Ramon was right
We have a new "traitor." Please welcome Haim Ramon. How horrible: Ramon thinks the Palestinians shouldn't negotiate with Benjamin Netanyahu.
We have a new "traitor." Please welcome Haim Ramon. How horrible: Ramon thinks the Palestinians shouldn't negotiate with Benjamin Netanyahu. He understands, like many others, that these negotiations have no chance, no hope. He may even think they can do damage. And he said so to a Palestinian friend in a private conversation. What's the matter? If Ramon would have written it in a newspaper article, or said it in an interview, that would have been OK? So what's the problem with whispering it in the ear of Saeb Erekat?
The only problem is that Ramon didn't whisper it quietly enough. The walls have ears at the American Colony Hotel. Once again Ramon has gotten into trouble with wiretaps, and the rest is history - or actually hysteria.
Private conversations are private conversations, and what is whispered in them is nobody's business. Eavesdroppers and tattlers are less commendable than the whisperers. It can only be hoped that the Shin Bet security service was not involved in the eavesdropping and especially in the leaking. That is why the commotion that erupted over the weekend is another storm in a teacup, which is again intended to obscure the real issue.
And the real issue, as many of Ramon's critics, especially the loudmouths from his party, know full well, is that Ramon was right: Palestinian President Mahmoud Abbas must not join the masquerade known as direct negotiations with the current prime minister. Not only will it not advance anything, it could cause harm to Abbas, the Palestinians, to peace and also to Israel. Another failure in the longest and most futile peace process in history, as we have learned, could lead to another round of bloodshed. That is why the distance between Ramon's words and treason is precisely the distance between Netanyahu and the chance for peace. The real traitor is the prime minister, who is trying to con everyone: the Israelis, the Palestinians and the Americans.
A prime minister who says, as published in Haaretz, that a continued freeze on building in the settlements "is politically impossible" because it will lead to the breakup of his coalition government, is a prime minister who is derelict in his duty. Didn't Netanyahu commit in his Bar-Ilan University speech to two states? If he admits that he can't get his government to back a move so minuscule, so preliminary, so self-evident as a building freeze, as a step to carrying out his commitment, why do we need his government? It would be better if it fell. If he still stays in office, he is betraying his mission and his commitment.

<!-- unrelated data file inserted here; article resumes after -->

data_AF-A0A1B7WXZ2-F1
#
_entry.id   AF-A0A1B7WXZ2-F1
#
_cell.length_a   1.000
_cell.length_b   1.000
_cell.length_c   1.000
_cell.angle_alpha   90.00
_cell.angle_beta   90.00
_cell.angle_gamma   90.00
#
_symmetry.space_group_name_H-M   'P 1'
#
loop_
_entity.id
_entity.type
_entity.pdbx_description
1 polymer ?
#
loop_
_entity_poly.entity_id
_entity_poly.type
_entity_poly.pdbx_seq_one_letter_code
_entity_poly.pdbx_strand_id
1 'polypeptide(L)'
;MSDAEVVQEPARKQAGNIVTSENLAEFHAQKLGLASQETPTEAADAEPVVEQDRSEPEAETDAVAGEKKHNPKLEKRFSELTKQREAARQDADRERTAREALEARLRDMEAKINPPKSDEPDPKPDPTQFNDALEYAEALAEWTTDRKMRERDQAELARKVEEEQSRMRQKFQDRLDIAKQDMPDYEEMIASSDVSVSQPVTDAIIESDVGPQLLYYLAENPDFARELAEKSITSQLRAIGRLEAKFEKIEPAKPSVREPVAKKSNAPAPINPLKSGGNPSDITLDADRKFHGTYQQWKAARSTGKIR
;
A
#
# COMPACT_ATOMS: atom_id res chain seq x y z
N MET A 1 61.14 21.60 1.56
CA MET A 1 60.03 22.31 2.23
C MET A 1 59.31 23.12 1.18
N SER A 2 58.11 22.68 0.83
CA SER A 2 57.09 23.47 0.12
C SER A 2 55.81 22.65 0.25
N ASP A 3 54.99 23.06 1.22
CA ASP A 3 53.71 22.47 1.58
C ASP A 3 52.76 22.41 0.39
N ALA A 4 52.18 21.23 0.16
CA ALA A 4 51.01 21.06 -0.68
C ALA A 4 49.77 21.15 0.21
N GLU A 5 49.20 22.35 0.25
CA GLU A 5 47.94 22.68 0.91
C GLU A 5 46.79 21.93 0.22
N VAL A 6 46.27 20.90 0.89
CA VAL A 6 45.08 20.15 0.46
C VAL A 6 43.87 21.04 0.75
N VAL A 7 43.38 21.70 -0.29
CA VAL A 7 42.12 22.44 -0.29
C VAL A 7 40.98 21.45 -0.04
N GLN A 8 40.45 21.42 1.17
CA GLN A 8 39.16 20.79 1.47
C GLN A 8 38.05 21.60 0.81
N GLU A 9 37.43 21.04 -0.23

No, Abbas must not lend a hand to this illusion. The issue is not only his shaky position, which would be further undermined if he joins the talks - a development that would run counter to Israel's interest. The issue is also not just another round of nothing, more time wasted on nothing. The issue is cooperation with an Israeli diversion tactic which is meant to lull the entire world.
Netanyahu and his government, most of whose members don't believe even for a minute in the chances of the peace process - and some have said so explicitly - want to deceive everyone and gain time and quiet so they can bolster the settlements even more. How else can the opposition to extending the freeze be interpreted? Why build if you intend to evacuate? And why do you think Netanyahu is so eager to hold direct talks, courting Abbas with sweet-talk, if not to please the Americans? If there are negotiations, there won't be international pressure. Quiet, we're in discussions, settlement can go on uninterrupted. That is why futile negotiations are dangerous negotiations.
Even the handful of real peace seekers in Israel must not support such a process. Under the cover of such talks the chances for peace will grow even dimmer. And this can and should be said everywhere: in the newspaper, in the party, and it should be whispered in every attentive ear.
But in the new McCarthyist, witch-hunting Israel, that is forbidden. Instead of holding Netanyahu's deceit up to shame, the whisperer is shamed. Instead of being impressed by the fact that there are still Israeli politicians who take the trouble to maintain ties with the Palestinian leadership, they are furiously set upon, as if Ramon disclosed state secrets to an enemy who is not an enemy. And instead of the reason for the scandal being the time that is lost, the focus is on a conversation between friends in an East Jerusalem hotel.
So here, not in a whisper and not in a hotel, I humbly add my voice to Ramon's: Abbas, don't go there.